Researchers find DNA mutation that led to change in function of gene in humans that sparked larger neocortex

December 8, 2016 by Bob Yirka, Medical Xpress report

Apical progenitors (APs) and basal progenitors (BPs) in an embryonic mouse and a fetal human neocortex. Credit: Florio et al. Sci. Adv. 2016;2:e1601941
(Medical Xpress)—A team of researchers at the Max Planck Institute has found what they believe is the DNA mutation that led to a change in function of a gene in humans that sparked the growth of a larger neocortex. In their paper published in the journal Science Advances, the team describes how they engineered a gene found only in humans, Denisovans and Neanderthals to look like a precursor to reveal its neuroproliferative effect.

A year ago, another team of researchers found the that most in the field believe was a major factor in allowing the human brain to grow bigger, allowing for more complex processing. In this new effort, the researchers have found what they believe was the DNA change that arose in that gene.

To pinpoint that change, the researchers engineered the unique ARHGAP11B gene to make it more similar to the ARHGAP11A gene, which researchers believe was a predecessor gene—they swapped a single nucleotide (out of 55 possibilities) for another and in so doing, found the ARHGAP11B gene lost its neuroproliferative abilities. This, the team claims, shows that it was a single mutation that allowed humans to grow bigger brains. Such a mutation, they note, was not likely due to natural selection, but was more likely a simple mistake that occurred as a brain cell was splitting. Because it conferred an advantage (the ability to grow higher than normal amounts of brain cells) the mutation was retained through subsequent generations. They also point out that such a mutation would have resulted specifically in a larger neocortex—a portion of the cortex that has been associated with hearing and sight. Prior research has also found that this region of the brain is likely the part of the that has most recently evolved.

The researchers also note that their research showed the mutation occurring just 1 million years after the human line split from chimpanzees—which was approximately 5 to 6 million years ago. Since that time, other research has shown the has experienced several growth spurts leading to advances in intelligence and the ability to reason.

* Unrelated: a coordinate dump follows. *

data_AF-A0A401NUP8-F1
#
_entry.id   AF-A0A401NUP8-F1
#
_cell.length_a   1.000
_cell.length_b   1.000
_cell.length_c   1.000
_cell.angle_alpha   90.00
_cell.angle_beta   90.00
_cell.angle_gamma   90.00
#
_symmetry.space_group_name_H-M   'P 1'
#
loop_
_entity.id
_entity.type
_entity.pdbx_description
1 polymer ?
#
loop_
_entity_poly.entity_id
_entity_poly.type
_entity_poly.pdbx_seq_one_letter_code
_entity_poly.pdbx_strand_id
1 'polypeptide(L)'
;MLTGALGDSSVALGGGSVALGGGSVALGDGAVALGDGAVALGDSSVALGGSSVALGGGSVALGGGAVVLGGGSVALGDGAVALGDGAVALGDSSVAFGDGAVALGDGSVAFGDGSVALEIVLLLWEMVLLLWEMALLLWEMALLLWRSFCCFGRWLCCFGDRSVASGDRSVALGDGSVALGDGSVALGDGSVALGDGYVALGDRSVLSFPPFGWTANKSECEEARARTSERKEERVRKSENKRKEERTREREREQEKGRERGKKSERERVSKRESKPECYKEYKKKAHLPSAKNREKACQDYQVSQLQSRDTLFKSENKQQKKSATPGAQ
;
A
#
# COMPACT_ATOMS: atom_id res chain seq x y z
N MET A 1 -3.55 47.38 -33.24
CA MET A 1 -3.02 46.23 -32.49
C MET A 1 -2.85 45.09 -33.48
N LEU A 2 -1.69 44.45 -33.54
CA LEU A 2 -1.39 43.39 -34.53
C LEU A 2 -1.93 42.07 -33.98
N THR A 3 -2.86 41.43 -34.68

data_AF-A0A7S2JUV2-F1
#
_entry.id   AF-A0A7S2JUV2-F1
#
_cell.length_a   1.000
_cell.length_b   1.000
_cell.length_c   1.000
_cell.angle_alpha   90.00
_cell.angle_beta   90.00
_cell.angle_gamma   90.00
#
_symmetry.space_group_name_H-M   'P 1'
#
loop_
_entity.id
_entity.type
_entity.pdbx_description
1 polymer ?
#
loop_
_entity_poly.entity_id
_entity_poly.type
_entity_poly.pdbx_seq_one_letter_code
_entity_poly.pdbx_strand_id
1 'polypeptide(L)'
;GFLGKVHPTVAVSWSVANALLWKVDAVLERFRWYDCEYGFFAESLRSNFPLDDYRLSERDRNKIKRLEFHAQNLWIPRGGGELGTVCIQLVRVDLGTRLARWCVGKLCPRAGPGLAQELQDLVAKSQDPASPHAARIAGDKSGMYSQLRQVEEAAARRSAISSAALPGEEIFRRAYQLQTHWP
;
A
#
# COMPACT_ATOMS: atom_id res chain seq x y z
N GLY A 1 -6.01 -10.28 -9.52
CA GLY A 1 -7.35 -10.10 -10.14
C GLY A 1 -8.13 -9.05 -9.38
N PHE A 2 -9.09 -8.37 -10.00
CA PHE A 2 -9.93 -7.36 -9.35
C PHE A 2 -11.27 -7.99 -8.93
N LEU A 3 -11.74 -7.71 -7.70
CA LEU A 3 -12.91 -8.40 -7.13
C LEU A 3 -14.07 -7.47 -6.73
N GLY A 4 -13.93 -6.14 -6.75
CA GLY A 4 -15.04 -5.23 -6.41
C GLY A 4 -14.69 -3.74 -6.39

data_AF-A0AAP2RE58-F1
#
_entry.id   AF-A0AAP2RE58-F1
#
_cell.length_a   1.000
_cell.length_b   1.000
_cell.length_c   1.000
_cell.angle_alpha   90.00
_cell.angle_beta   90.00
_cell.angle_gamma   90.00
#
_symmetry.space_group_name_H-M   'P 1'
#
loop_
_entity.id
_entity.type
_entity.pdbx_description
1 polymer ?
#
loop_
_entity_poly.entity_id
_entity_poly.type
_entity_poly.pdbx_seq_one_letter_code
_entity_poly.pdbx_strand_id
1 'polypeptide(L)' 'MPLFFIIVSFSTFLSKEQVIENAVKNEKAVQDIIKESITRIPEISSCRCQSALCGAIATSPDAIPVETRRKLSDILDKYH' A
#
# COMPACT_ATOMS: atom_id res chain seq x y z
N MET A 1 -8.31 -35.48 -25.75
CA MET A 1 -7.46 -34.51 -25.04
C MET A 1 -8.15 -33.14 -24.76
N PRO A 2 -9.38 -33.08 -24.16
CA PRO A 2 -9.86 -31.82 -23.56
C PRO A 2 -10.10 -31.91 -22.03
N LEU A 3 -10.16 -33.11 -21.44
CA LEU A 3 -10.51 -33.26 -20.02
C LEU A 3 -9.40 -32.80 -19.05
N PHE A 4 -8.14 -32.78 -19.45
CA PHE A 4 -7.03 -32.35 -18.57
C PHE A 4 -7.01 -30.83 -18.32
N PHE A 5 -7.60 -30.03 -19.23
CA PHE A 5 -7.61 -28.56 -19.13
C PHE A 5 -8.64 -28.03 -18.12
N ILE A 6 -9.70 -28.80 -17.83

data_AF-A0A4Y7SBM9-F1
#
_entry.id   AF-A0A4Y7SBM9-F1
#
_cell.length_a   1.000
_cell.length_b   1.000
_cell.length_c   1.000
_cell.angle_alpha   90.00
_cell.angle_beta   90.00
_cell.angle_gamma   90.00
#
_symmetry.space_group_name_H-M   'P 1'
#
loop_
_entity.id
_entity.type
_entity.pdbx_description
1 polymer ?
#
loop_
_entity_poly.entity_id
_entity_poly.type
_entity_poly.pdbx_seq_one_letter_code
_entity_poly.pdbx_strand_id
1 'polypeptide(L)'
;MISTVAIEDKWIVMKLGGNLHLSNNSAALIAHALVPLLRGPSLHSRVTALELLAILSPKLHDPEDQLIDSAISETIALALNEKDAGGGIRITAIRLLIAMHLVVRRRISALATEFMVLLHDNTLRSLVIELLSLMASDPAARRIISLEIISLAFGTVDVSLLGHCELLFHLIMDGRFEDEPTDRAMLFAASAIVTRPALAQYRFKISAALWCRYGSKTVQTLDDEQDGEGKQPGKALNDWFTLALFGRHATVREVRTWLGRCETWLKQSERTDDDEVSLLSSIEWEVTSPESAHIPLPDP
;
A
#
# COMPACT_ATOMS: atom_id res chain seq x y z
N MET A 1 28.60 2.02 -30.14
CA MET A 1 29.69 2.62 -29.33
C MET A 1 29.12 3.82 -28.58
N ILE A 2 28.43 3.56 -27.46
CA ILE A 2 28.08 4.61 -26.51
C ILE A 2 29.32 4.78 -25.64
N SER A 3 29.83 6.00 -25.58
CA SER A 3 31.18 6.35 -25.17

Explore further: A gene for brain size only found in humans

More information: M. Florio et al. A single splice site mutation in human-specific ARHGAP11B causes basal progenitor amplification, Science Advances (2016). DOI: 10.1126/sciadv.1601941

Abstract
The gene ARHGAP11B promotes basal progenitor amplification and is implicated in neocortex expansion. It arose on the human evolutionary lineage by partial duplication of ARHGAP11A, which encodes a Rho guanosine triphosphatase–activating protein (RhoGAP). However, a lack of 55 nucleotides in ARHGAP11B mRNA leads to loss of RhoGAP activity by GAP domain truncation and addition of a human-specific carboxy-terminal amino acid sequence. We show that these 55 nucleotides are deleted by mRNA splicing due to a single C→G substitution that creates a novel splice donor site. We reconstructed an ancestral ARHGAP11B complementary DNA without this substitution. Ancestral ARHGAP11B exhibits RhoGAP activity but has no ability to increase basal progenitors during neocortex development. Hence, a single nucleotide substitution underlies the specific properties of ARHGAP11B that likely contributed to the evolutionary expansion of the human neocortex.

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GatorALLin
not rated yet Dec 08, 2016
Maybe with the help of crispr9 we can make the next mutation on purpose and much faster each round. The machines are coming.... Moore's Law won't stop. Adapt and change or be left behind, death is the easy way out. Evolution was great to get us here with a lot of luck involved, now it is in our hands. Humans to Mars will make it more obvious soon with space, or deep space travel much more obvious.

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